A side issue is that, in fact, I was not interested in the movies at all—they had had nothing to do with what I was doing in these drawings. (Laughs) I had gotten involved in painting and in the visual arts because I saw things that moved me, and I wanted to try to do that. I really studied that. I really looked at all kinds of stuff. But with film, it didn’t come from that at all. I just learned how film was made, and started finding out that you could do some interesting things with film.

Filmmaker: What inspired the piece that we saw tonight, Puccini Conservato?

Michael Snow: It was a kind of a commission. Puccini is from Lucca, in Tuscany, and it was the 150th anniversary of his death, so the local film festival contacted about 30 filmmakers to make films in commemoration.

I thought my film would be part of a long thing that would have other segments by at least 20 other directors—that’s the way it was first shown in Lucca. But then the Lucca people tried to sell it to the people at the Berlin Film Festival, and the Berlin people only wanted three of the 20 films, including mine—as well as one by a French filmmaker, and one by a director who’s English. The other people from other places—like Toronto—saw it, and they wanted just mine, not the other ones. And so it’s been invited to the New York Festival, and Seattle, Venice, Athens—all over the place. I never thought it would have a life of its own. I really thought it would be better if it was with other films about Puccini! (Laughs) But I never even saw it that like that—I never got to see the complete film of Puccini shorts in Lucca.

Filmmaker: Were you an opera fan to begin with?

Snow:
No! I’m not interested in it at all.

Filmmaker: So how did you decide what film you would make about Puccini?

Snow: Well, I did a little bit of work on him, and La Bohème is one of his classics. It is beautiful, so I thought I would go for that. And then I shot it.

Filmmaker: You sure did–literally! (Laughter) It was one of the only films in the program where the audience was laughing.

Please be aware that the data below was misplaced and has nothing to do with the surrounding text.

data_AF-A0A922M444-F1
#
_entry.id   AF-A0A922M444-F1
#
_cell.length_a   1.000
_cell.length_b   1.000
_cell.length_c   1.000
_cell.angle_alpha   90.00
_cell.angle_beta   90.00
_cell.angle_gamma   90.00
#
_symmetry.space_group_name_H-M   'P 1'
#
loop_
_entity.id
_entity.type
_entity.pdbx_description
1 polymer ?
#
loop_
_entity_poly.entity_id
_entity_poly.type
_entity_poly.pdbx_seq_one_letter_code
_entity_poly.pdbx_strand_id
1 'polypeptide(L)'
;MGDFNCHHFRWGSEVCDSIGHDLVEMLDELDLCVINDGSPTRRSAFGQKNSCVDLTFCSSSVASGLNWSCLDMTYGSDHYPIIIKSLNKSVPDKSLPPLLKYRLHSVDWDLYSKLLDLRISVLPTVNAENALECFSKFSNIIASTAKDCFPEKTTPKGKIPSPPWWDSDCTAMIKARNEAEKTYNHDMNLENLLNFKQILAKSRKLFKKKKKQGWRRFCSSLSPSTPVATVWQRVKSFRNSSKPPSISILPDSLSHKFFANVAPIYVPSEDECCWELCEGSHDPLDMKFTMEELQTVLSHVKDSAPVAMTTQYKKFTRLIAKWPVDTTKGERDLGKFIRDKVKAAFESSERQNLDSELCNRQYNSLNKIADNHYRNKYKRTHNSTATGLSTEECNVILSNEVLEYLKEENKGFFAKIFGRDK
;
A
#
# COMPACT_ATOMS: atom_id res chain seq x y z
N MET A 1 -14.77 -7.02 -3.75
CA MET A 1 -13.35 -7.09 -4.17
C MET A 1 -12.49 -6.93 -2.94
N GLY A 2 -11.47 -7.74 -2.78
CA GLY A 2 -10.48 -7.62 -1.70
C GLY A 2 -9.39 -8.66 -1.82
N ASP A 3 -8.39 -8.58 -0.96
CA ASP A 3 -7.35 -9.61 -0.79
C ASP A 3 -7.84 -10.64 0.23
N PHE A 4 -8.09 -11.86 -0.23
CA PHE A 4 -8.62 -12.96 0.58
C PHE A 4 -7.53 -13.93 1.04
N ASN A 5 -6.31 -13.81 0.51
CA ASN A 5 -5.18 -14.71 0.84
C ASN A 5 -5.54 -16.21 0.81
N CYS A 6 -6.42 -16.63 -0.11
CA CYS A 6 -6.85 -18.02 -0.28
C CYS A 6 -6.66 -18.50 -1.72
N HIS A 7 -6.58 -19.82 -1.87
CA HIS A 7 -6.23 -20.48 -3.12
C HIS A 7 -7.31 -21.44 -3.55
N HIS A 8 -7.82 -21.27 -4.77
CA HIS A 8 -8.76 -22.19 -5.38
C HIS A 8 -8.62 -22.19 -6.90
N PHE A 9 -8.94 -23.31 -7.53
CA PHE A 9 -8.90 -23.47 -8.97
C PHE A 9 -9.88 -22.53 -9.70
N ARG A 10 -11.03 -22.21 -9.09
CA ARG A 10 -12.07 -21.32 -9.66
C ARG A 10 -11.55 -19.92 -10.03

Snow: The funny thing is that I didn’t think it would be funny.

Filmmaker: Really? What were your expectations?

Snow: Hmm, my expectations. I think it raises—it should raise—questions in one’s mind about the source of music. We listen to music so often on recordings that by now we don’t think about that at all. So in this case, it seems to me that one would wonder whether the sound was coming from those pictured speakers or not.

As a matter of fact, I shot the playing and the image all together. But in the theater, here, the sound is coming out of other loudspeakers—the ones in the room. And then the music, because it’s vocal, has so much humanity that it transcends technology. So there’s an ebb and flow between the human part of it, and the fact that it is a representation that is distant from a real person. Blah, blah, blah… (Laughs)

Filmmaker: How did you decide which portion of La Bohème to use?

Snow: I just listened to a recording of it and chose. The themes are about the frugality of the bohemian artist’s life. There is a mention of it being cold; there’s not enough heat.

Filmmaker: Hence the image of the fire.

Snow: Yes. The heroine is a seamstress that embroiders flowers, which is where those come in. Those interjections are actually found in the lyrics.

Filmmaker: And the ocean?

Snow: Oh, that’s about waves. Everything is waves.